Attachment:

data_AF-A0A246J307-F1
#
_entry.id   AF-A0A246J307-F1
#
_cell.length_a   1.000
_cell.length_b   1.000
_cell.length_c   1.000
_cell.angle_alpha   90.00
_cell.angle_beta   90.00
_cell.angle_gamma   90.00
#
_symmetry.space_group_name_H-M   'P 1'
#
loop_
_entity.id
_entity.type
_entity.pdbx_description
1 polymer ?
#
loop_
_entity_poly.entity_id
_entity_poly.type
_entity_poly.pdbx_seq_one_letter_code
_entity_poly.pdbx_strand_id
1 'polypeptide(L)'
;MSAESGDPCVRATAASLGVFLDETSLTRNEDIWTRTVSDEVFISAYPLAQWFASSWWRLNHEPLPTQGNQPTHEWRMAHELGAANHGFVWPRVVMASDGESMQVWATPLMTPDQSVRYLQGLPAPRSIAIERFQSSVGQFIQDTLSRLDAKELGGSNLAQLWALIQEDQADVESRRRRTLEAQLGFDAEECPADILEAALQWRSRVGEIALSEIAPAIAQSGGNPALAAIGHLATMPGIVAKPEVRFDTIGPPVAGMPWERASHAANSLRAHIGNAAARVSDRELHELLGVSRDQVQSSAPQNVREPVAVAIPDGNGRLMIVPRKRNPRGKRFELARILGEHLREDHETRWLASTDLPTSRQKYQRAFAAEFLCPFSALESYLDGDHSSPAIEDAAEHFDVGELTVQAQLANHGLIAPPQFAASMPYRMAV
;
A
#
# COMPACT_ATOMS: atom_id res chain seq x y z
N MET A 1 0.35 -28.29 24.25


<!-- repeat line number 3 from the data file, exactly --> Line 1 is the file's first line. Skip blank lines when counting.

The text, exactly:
_entry.id   AF-A0A246J307-F1